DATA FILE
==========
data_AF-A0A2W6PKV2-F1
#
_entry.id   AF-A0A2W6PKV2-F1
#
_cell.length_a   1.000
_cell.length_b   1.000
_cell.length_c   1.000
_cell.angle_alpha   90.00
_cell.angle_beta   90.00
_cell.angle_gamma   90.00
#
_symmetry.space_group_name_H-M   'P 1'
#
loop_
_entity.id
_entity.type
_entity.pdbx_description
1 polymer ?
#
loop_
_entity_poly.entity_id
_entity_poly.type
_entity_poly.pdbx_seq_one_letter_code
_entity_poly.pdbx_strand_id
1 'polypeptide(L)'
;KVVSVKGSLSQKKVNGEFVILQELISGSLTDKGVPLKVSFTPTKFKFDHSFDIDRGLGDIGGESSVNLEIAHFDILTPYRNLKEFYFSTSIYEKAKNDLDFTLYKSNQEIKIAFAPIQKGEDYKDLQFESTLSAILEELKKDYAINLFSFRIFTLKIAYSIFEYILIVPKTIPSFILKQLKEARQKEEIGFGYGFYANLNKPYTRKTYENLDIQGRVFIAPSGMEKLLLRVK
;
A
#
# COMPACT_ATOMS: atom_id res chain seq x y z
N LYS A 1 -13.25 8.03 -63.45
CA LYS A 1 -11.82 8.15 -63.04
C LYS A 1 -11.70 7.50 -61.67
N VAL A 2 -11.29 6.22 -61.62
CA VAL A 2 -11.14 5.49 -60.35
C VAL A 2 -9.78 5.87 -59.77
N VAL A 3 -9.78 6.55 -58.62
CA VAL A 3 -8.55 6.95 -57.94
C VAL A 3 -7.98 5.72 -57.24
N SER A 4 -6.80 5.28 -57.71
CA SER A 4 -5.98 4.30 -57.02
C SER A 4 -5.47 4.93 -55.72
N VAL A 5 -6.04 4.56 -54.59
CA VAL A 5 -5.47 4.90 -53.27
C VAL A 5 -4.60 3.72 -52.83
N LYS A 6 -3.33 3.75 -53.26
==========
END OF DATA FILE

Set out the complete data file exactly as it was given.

data_AF-A0A2W6PKV2-F1
#
_entry.id   AF-A0A2W6PKV2-F1
#
_cell.length_a   1.000
_cell.length_b   1.000
_cell.length_c   1.000
_cell.angle_alpha   90.00
_cell.angle_beta   90.00
_cell.angle_gamma   90.00
#
_symmetry.space_group_name_H-M   'P 1'
#
loop_
_entity.id
_entity.type
_entity.pdbx_description
1 polymer ?
#
loop_
_entity_poly.entity_id
_entity_poly.type
_entity_poly.pdbx_seq_one_letter_code
_entity_poly.pdbx_strand_id
1 'polypeptide(L)'
;KVVSVKGSLSQKKVNGEFVILQELISGSLTDKGVPLKVSFTPTKFKFDHSFDIDRGLGDIGGESSVNLEIAHFDILTPYRNLKEFYFSTSIYEKAKNDLDFTLYKSNQEIKIAFAPIQKGEDYKDLQFESTLSAILEELKKDYAINLFSFRIFTLKIAYSIFEYILIVPKTIPSFILKQLKEARQKEEIGFGYGFYANLNKPYTRKTYENLDIQGRVFIAPSGMEKLLLRVK
;
A
#
# COMPACT_ATOMS: atom_id res chain seq x y z
N LYS A 1 -13.25 8.03 -63.45
CA LYS A 1 -11.82 8.15 -63.04
C LYS A 1 -11.70 7.50 -61.67
N VAL A 2 -11.29 6.22 -61.62
CA VAL A 2 -11.14 5.49 -60.35
C VAL A 2 -9.78 5.87 -59.77
N VAL A 3 -9.78 6.55 -58.62
CA VAL A 3 -8.55 6.95 -57.94
C VAL A 3 -7.98 5.72 -57.24
N SER A 4 -6.80 5.28 -57.71
CA SER A 4 -5.98 4.30 -57.02
C SER A 4 -5.47 4.93 -55.72
N VAL A 5 -6.04 4.56 -54.59
CA VAL A 5 -5.47 4.90 -53.27
C VAL A 5 -4.60 3.72 -52.83
N LYS A 6 -3.33 3.75 -53.26